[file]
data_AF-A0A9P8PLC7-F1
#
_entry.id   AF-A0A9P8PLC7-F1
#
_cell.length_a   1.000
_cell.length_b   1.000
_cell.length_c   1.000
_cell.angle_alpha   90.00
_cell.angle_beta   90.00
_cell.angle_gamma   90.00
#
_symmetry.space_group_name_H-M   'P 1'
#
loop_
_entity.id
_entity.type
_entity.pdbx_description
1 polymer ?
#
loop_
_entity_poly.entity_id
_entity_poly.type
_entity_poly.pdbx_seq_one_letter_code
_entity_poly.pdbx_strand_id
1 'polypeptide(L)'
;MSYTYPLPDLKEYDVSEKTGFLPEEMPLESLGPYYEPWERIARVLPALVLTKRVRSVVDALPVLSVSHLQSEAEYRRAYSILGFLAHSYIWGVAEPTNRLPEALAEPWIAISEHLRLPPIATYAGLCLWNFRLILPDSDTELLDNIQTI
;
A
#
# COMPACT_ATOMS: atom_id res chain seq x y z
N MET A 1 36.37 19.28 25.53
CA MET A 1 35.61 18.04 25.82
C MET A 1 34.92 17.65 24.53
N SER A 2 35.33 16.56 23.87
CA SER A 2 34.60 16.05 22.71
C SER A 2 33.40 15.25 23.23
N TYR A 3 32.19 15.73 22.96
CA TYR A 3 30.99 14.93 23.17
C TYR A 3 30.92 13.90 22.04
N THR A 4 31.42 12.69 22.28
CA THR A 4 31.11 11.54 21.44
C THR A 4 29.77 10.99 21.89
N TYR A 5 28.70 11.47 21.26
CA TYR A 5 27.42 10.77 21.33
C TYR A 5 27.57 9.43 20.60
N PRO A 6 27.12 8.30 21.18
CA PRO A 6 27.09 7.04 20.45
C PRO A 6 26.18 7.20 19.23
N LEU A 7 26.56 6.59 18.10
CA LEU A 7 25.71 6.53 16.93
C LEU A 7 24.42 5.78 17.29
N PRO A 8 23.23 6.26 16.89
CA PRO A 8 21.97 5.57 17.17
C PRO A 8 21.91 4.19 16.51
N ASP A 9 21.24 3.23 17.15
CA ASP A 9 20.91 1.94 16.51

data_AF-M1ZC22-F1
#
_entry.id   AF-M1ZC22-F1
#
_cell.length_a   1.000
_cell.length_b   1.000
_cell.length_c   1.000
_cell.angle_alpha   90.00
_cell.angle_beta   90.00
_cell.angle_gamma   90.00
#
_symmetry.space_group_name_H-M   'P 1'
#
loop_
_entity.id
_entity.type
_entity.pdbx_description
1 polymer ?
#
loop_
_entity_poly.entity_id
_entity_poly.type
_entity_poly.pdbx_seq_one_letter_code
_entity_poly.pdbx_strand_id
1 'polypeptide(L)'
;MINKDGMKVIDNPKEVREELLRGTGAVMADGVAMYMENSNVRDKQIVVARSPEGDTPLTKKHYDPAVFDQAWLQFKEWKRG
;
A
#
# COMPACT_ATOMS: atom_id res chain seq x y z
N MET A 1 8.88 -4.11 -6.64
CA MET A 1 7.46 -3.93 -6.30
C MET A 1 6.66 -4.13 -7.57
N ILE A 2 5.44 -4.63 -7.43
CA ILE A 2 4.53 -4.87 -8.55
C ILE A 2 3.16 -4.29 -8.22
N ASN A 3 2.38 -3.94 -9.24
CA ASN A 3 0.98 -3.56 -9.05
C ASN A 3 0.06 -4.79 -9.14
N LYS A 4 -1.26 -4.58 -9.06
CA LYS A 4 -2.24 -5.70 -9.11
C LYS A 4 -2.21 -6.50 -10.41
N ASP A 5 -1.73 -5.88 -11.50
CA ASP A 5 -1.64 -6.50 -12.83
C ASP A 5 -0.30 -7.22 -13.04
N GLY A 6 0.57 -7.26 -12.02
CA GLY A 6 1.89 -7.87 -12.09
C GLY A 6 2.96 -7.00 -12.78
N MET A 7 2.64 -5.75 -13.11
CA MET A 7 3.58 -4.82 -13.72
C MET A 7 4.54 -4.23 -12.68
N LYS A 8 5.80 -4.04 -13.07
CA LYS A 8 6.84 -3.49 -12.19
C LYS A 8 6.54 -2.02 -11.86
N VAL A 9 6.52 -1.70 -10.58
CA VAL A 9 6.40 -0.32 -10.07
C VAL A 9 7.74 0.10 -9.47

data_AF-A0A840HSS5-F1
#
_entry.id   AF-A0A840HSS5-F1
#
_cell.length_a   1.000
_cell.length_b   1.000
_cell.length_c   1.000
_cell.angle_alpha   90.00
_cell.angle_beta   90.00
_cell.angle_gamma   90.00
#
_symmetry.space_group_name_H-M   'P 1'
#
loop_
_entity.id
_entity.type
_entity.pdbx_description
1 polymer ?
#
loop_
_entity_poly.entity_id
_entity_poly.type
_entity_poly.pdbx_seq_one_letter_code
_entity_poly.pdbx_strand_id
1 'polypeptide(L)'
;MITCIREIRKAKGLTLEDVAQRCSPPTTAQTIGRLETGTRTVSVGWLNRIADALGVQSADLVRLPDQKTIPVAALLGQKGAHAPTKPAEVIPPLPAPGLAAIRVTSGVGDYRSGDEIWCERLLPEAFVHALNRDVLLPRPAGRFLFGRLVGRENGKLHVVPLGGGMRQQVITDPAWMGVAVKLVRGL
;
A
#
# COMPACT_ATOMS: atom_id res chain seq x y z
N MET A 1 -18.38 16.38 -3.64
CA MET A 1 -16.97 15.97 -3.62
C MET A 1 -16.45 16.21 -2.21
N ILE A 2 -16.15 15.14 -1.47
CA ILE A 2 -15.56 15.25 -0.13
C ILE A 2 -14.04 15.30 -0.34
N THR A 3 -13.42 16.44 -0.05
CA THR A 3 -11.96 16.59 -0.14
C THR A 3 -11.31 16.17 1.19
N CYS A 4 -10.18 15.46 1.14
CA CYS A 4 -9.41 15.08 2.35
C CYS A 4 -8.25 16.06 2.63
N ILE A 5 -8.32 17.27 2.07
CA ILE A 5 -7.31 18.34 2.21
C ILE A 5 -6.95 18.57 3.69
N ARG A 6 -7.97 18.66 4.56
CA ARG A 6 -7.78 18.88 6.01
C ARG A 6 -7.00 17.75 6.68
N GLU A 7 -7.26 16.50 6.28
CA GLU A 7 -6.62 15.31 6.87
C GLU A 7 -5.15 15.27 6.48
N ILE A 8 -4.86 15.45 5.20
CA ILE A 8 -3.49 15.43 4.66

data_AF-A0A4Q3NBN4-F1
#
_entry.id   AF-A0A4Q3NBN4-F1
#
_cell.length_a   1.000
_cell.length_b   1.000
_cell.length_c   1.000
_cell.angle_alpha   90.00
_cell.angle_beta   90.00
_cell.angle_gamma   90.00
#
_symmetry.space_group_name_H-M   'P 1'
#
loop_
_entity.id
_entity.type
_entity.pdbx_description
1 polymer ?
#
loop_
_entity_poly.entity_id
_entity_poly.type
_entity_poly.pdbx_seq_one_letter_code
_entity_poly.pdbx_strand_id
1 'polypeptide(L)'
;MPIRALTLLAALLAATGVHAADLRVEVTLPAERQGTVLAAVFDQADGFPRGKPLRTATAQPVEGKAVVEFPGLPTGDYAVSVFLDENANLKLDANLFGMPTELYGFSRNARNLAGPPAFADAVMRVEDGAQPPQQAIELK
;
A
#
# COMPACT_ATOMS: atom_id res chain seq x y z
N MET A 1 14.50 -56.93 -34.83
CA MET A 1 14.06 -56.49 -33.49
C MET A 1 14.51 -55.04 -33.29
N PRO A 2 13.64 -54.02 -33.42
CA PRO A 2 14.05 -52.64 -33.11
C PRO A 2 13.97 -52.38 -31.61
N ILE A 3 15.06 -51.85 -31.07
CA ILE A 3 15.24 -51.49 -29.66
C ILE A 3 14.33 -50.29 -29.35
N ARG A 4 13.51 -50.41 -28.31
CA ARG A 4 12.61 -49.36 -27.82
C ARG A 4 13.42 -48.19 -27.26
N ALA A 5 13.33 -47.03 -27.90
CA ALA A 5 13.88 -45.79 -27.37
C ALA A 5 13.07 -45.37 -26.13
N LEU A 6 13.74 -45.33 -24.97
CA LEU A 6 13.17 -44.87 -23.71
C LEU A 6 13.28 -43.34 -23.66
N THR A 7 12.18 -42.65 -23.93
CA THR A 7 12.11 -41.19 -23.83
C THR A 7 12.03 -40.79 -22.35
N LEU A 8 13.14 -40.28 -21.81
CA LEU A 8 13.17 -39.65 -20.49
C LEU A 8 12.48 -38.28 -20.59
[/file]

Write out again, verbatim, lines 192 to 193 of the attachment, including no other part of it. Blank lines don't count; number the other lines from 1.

;MPIRALTLLAALLAATGVHAADLRVEVTLPAERQGTVLAAVFDQADGFPRGKPLRTATAQPVEGKAVVEFPGLPTGDYAVSVFLDENANLKLDANLFGMPTELYGFSRNARNLAGPPAFADAVMRVEDGAQPPQQAIELK
;